Intellectual Property Attorney

Clients Ask About Protecting Trademarks In View Of Impending Issuance Of New gTLD’s

There has been much hype recently about new domain name extensions that will soon become available. Instead of the traditional .com, .net and .org, the less traditional .biz and .info, or the non-traditional .xxx, domain name registrants may soon be able to own an extension of their choice. Such personalized extensions could relate to a registrant’s business or industry (e.g., .cigar, .fashion, .wine). The value of such a personalized extension seems inherent, especially for leaders in a given industry.

The new domain name extensions, referred to as gTLD’s (Generic Top-Level Domain Names), are being issued by the Internet Corporation for Assigned Names and Numbers (“ICANN”), a California-based “non-profit” that possesses great power to bestow new domain name extensions upon the public (and to charge handsomely for the service).

While the prospect of owning and controlling your very own domain name extension sounds riveting, the details behind the program reveal that it will not be practicable or desirable for many businesses to participate. In fact, we cannot imagine a single client of our firm that would have a genuine interest in participating, given the substantial costs and ongoing requirements of the program.

As a preliminary matter, the application fee is $185,000 per new gTLD. This is the fee for ICANN to evaluate the application, but there is no guarantee that an Applicant will be approved. Moreover, the application fee is not fully refundable (although ICANN does indicate that a partial refund may be available in certain situations). In addition, if more than one Applicant applies for a specific gTLD, the extension will be auctioned off to the highest bidder.

If fortunate enough to make it through the application process with reserves in its coffers, the successful Applicant will be required to enter into a ten year contract with ICANN, under which it will be obligated to pay $6,250 in fees quarterly. This computes to an additional $250,000 in fees over the ten year contractual period.

Perhaps more troubling, the successful Applicant will be charged with operating a fully functional domain name registry and complying with all the technical obligations and reporting requirements which it entails. ICANN indicates that an Applicant is “applying to create and operate a registry business supporting the Internet’s domain name system” and “will need to demonstrate the operational, technical and financial capabilities to run a registry.”

Clients have been asking what steps they should take to protect their trademarks in view of the issuance of new gTLD’s. Trademark and brand owners should be aware that there will be an opportunity to file a formal objection to any applied-for gTLD that: (i) takes advantage of the objector’s reputation or trademark; (ii) impairs the distinctive character of such trademark; or (iii) creates a likelihood of confusion with such trademark.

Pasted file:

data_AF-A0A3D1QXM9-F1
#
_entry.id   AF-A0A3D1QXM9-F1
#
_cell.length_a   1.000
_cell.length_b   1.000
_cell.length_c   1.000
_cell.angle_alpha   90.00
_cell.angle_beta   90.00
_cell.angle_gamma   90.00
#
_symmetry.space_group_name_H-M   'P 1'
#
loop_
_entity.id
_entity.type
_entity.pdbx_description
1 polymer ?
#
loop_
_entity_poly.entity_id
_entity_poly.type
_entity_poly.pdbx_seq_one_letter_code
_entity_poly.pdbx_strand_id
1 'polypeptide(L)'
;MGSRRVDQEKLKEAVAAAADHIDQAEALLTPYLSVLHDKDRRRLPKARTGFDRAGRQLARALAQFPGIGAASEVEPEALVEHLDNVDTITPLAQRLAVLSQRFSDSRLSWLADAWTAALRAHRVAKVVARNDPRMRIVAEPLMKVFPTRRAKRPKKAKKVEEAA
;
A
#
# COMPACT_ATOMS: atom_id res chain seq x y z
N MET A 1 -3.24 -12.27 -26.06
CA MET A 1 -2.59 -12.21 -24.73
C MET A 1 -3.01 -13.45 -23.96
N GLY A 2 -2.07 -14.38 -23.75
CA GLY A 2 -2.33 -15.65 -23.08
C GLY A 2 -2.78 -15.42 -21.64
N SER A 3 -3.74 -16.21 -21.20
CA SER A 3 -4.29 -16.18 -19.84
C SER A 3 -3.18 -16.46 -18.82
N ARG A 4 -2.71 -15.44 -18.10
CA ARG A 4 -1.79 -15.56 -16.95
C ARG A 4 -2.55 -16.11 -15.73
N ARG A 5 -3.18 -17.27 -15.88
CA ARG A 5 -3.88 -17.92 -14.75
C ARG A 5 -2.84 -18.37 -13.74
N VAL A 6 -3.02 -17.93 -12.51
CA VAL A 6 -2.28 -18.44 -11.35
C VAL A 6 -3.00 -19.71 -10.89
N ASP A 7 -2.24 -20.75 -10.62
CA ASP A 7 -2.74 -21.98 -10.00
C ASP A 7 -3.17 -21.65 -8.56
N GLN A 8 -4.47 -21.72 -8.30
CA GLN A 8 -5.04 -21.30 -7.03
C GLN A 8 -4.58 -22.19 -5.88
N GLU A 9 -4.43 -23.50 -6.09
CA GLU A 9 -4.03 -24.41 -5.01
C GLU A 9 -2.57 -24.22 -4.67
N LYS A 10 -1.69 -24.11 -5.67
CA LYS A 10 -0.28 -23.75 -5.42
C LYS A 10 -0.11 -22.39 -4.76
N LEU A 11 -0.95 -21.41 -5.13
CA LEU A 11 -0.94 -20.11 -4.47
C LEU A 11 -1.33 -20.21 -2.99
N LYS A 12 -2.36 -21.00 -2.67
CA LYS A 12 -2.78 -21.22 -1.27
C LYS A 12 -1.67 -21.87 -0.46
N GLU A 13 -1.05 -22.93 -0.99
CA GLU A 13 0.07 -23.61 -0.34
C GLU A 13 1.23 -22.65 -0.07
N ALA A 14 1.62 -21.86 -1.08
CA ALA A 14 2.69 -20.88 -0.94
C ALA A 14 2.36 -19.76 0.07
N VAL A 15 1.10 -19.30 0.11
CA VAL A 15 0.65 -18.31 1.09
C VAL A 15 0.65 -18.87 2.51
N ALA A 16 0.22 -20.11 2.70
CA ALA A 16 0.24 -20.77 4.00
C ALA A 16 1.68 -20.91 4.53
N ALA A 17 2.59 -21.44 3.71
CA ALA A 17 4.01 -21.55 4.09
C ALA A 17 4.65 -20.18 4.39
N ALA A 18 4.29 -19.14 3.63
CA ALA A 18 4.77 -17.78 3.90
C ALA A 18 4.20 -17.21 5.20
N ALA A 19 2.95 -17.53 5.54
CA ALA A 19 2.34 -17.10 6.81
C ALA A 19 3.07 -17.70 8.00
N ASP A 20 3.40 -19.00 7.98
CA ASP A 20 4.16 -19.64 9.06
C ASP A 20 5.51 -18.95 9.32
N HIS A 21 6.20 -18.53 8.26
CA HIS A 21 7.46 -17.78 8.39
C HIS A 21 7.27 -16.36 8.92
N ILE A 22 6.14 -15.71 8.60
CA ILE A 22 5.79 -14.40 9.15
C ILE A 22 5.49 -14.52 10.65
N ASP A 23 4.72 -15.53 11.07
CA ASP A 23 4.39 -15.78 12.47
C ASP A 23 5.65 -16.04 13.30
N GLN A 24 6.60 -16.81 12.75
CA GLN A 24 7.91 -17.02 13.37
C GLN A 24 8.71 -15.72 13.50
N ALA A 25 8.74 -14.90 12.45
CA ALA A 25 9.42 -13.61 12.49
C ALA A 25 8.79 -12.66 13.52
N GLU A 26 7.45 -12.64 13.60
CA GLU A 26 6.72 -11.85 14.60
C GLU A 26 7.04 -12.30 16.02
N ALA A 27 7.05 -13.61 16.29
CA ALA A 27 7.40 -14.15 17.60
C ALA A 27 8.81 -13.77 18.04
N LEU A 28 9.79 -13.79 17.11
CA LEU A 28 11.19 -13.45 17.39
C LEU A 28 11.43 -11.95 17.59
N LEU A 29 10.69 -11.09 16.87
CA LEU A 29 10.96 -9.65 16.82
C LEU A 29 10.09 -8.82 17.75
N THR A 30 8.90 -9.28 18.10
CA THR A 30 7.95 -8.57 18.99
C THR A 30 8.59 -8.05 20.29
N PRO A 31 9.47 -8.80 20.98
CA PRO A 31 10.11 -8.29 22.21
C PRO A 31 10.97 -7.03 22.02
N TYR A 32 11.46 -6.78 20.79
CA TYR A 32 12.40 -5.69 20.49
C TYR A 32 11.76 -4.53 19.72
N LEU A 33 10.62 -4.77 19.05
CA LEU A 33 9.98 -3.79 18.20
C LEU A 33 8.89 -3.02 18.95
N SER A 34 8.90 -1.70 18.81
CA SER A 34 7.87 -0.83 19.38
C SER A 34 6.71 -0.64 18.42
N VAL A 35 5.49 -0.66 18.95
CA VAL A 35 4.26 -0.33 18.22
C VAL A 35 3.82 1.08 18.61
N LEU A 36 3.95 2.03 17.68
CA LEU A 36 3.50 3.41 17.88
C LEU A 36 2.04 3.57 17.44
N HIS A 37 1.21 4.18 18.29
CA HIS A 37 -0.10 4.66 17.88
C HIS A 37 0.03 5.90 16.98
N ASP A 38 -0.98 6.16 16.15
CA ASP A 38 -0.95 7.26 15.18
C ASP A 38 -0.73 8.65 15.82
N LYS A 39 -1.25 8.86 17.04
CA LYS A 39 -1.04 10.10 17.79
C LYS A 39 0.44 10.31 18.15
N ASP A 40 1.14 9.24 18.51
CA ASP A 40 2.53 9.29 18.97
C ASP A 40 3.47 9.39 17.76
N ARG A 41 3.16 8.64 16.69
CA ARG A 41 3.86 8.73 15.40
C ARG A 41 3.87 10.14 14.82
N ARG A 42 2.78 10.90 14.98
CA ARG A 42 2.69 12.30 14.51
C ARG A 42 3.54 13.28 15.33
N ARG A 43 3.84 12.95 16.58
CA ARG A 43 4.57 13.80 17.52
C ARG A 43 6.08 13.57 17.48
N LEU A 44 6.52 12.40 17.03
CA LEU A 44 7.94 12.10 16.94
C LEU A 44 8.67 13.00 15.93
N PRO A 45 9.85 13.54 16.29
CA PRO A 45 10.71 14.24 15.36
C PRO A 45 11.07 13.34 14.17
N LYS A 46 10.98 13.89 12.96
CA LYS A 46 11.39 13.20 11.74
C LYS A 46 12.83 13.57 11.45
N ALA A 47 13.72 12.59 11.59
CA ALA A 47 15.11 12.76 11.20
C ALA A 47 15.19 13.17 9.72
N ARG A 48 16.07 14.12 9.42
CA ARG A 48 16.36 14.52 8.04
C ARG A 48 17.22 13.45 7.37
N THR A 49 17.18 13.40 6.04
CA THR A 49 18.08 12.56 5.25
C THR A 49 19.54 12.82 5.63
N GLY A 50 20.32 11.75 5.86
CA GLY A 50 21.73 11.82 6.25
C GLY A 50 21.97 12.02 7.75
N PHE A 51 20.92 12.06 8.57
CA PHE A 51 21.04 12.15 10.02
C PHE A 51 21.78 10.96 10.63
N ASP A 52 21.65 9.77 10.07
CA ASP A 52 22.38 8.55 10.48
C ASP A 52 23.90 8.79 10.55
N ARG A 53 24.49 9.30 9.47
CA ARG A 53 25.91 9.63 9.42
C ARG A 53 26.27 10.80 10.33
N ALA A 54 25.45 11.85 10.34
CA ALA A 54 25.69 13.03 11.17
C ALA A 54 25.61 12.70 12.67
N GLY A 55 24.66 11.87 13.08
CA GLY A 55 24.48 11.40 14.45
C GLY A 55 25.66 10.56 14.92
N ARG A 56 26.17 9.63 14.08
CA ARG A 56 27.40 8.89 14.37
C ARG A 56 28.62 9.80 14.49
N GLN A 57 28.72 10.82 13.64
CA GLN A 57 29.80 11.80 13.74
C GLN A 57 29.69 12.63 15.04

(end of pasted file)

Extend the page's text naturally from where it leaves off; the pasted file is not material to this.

Assuming that the current schedule holds to form, ICANN will publish a list of all applied-for gTLD’s in late April 2012. Interested parties will then have approximately seven (7) months to file objections based on several grounds, the most significant of which for brand owners is “legal rights.” This means that any party that has valid rights to the string of characters that comprises the gTLD in dispute (such as trademark rights) may object to the application on this ground. The procedures for resolving the objections will likely resemble existing trademark and domain name dispute resolution procedures of which brand owners are likely familiar, including proceedings through the World Intellectual Property Organization (WIPO).

One major “catch” to the objection process is that even assuming that an objecting party has trademark rights in the string of characters that comprises the gTLD in dispute, such party will not be able to prevent an application from being approved if the Applicant has independent rights in the string of characters. Since multiple parties may own rights in the same trademark for different goods and services, it is entirely conceivable that an Applicant will have independent legal rights in the applied-for gTLD, in which case the objecting party will have no recourse to prevent the application from being approved.

Brand owners that are interested in protecting their trademarks should engage an Intellectual Property Attorney and/or Trademark Litigation Attorney to monitor the gTLD applications, evaluate whether an objection is necessary or prudent, and guide them through the objection process.

Brand owners may also want to consider setting up a periodic process to search for new domain names that have been registered in connection with new gTLD’s, in order to ensure that such domain names do not violate the trademark rights of the brand owner (e.g., www.infringingmark.newgTLD).

Share Button
Grimes LLC